FTX fiasco hits Bahama Sand Dollar adoption

After FTX blew up, the Bahama Sand Dollar couldn’t maintain its momentum.

Bahamian authorities have blamed the FTX implosion and the Covid-19 pandemic as contributing factors to the slow adoption rate of the Sand Dollar, the country’s central bank digital currency (CBDC) launched in 2020.

FTX collapse – a huge blow for Sand Dollar adoption 

Earlier in Oct. 2020, the Bahamas put its name in the history books as one of the very first nations to officially launch its central bank digital currency (CBDC). However, nearly three years down the line, the blockchain-based Bahamian Sand Dollar is yet to gain significant traction among residents.

Despite being powered by distributed ledger technology (DLT), just like bitcoin (BTC) and other cryptocurrencies, the Sand Dollar is entirely different from regular crypto assets, as it is state-backed and pegged to the U.S. dollar. 

According to Bloomberg, Kimwood Mott, the project manager at the Central Bank of the Bahamas, has blamed the slow adoption rate of the country’s CBDC on the lingering Covid-19, and the abrupt shutdown of the Bahamas-headquartered FTX exchange last year.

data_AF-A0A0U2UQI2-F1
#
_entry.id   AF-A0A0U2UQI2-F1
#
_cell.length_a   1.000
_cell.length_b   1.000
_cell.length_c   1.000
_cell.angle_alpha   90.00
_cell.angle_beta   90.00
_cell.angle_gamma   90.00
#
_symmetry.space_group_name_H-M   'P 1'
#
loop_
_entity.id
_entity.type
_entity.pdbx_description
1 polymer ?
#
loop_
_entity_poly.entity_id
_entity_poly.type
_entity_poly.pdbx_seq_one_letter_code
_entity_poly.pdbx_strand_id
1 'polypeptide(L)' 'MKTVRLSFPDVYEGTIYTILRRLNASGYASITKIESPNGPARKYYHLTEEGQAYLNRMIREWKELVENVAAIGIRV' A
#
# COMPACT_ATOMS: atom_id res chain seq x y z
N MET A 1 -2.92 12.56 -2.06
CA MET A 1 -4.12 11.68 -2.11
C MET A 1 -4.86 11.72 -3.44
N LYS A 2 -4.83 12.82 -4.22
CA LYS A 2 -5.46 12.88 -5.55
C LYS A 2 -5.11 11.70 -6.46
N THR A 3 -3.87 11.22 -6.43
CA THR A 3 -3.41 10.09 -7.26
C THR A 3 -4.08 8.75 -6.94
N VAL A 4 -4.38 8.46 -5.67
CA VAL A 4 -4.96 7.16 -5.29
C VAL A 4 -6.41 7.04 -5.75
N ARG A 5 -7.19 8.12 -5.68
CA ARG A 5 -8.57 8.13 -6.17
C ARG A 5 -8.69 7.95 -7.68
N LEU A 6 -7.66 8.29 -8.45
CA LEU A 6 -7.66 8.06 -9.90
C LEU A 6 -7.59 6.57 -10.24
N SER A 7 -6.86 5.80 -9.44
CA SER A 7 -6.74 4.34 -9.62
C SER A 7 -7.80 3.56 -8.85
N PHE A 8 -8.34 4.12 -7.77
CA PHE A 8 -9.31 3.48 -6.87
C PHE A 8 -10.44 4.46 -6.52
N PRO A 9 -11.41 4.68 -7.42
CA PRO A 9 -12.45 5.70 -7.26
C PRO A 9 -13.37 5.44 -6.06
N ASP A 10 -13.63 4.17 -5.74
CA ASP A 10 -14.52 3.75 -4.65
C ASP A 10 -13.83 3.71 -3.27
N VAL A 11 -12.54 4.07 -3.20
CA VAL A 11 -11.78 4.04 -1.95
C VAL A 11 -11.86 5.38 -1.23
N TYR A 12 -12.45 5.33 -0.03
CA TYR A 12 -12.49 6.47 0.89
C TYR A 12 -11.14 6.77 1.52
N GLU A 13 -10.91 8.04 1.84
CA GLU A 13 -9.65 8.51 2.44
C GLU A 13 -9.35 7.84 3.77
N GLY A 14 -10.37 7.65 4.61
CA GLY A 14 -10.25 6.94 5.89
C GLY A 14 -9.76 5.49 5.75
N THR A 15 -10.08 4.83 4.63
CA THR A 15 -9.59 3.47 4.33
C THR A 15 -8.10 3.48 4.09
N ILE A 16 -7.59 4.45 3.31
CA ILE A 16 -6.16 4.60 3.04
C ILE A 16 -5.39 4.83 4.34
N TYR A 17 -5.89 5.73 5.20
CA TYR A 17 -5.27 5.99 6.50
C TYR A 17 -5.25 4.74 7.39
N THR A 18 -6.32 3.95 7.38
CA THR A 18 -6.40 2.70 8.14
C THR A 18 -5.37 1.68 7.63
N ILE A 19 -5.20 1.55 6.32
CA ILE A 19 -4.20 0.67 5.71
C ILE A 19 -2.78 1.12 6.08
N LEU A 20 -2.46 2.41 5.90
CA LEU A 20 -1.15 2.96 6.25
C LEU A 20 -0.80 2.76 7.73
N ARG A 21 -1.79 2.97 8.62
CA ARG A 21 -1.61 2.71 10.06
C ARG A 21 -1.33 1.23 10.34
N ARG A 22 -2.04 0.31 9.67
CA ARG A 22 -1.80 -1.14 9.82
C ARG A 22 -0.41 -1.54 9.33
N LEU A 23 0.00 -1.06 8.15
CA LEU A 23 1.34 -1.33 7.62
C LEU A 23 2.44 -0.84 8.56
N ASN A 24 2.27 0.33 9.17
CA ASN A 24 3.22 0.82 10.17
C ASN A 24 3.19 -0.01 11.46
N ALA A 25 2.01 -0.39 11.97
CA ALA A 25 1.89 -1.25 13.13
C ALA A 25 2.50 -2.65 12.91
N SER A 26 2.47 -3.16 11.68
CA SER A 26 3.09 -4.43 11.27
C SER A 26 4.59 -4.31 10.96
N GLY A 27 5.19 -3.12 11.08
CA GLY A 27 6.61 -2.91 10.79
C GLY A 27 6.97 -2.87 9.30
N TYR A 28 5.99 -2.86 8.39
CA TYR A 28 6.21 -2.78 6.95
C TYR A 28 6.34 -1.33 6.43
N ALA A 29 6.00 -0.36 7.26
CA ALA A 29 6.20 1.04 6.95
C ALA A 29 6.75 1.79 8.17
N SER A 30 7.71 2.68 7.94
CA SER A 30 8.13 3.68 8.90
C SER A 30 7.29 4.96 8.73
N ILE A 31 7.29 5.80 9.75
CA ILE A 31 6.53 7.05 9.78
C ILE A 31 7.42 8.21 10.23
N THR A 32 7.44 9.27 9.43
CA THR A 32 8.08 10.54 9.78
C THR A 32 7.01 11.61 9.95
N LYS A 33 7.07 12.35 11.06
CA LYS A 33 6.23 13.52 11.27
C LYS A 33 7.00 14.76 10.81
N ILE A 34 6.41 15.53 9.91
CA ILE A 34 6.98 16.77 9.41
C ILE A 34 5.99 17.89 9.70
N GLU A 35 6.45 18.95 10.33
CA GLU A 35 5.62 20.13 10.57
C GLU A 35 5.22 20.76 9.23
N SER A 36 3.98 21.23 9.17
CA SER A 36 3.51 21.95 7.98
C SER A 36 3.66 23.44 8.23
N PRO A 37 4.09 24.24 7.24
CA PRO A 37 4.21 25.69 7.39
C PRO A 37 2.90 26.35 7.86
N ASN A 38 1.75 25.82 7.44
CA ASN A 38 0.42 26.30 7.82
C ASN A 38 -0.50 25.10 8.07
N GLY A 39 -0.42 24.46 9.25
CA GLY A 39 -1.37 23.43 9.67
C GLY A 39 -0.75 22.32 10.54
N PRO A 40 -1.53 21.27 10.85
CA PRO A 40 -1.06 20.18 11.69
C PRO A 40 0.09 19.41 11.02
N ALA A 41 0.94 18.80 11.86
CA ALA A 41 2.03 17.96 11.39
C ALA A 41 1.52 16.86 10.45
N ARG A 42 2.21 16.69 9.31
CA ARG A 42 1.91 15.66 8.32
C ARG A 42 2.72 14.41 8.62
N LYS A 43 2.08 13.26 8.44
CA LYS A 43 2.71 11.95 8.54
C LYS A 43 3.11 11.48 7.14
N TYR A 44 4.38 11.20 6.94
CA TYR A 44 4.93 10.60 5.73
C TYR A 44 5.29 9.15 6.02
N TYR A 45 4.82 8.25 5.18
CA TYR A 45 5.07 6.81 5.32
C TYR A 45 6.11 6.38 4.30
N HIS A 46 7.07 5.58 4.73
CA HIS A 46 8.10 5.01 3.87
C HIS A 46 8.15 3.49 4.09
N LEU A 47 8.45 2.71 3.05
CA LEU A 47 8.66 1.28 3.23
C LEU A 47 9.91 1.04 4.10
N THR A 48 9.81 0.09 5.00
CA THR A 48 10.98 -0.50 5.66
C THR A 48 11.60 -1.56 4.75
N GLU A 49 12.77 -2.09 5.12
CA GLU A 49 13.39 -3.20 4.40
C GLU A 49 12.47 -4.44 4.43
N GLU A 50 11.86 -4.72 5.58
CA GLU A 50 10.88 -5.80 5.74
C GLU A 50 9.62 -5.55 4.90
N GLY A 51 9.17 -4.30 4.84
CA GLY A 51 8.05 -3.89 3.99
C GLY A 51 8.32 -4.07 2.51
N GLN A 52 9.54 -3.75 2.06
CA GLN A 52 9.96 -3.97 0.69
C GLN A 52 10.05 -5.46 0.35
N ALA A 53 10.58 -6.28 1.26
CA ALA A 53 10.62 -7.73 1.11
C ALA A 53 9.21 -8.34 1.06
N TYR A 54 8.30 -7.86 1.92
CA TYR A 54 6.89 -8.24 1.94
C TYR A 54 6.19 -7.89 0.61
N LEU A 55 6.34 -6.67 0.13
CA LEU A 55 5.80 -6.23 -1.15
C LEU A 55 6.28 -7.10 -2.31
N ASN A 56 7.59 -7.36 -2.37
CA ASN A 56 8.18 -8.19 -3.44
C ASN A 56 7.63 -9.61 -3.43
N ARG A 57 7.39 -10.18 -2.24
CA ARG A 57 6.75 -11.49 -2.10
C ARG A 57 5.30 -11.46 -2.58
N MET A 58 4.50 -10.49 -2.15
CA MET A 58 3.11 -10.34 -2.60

The Covid-19 pandemic totally crippled regular operations in the tourist nation for several months and made it impossible for the government to enlighten residents on the workings of the Sand Dollar. 

Now, sources say a vast array of crypto-averse Bahamians view the Sand Dollar as crypto rather than simply a digital representation of the Bahamian dollar. The FTX implosion has worsened the adoption crisis.

“I am always telling people that this is not a cryptocurrency. But if people don’t know what a cryptocurrency or a CBDC is, then I’m just making a statement.”

Kimwood Mott, Central Bank of the Bahamas.

In the same vein, Kendric Dames, a Nassau-based barber and Sand dollar enthusiast echoed the same sentiments, making it clear that “a lot of residents still think the CBDC is a crypto” and that’s discouraging them from using it.

Established by the disgraced Sam Bankman-Fried and Gary Wang in 2019, the now-defunct FTX exchange’s headquarters was moved from Hong Kong to the Bahamas in Sept. 2021 before the company filed for Chapter 11 bankruptcy last Nov.

While FTX co-founder, Gary Wang, and former Alameda CEO, Caroline Ellison has already pleaded guilty to criminal charges, Bankman-Fried has continued to deny any wrongdoing that may have led to the fall of the exchange, and his final trial is scheduled for Oct.2.

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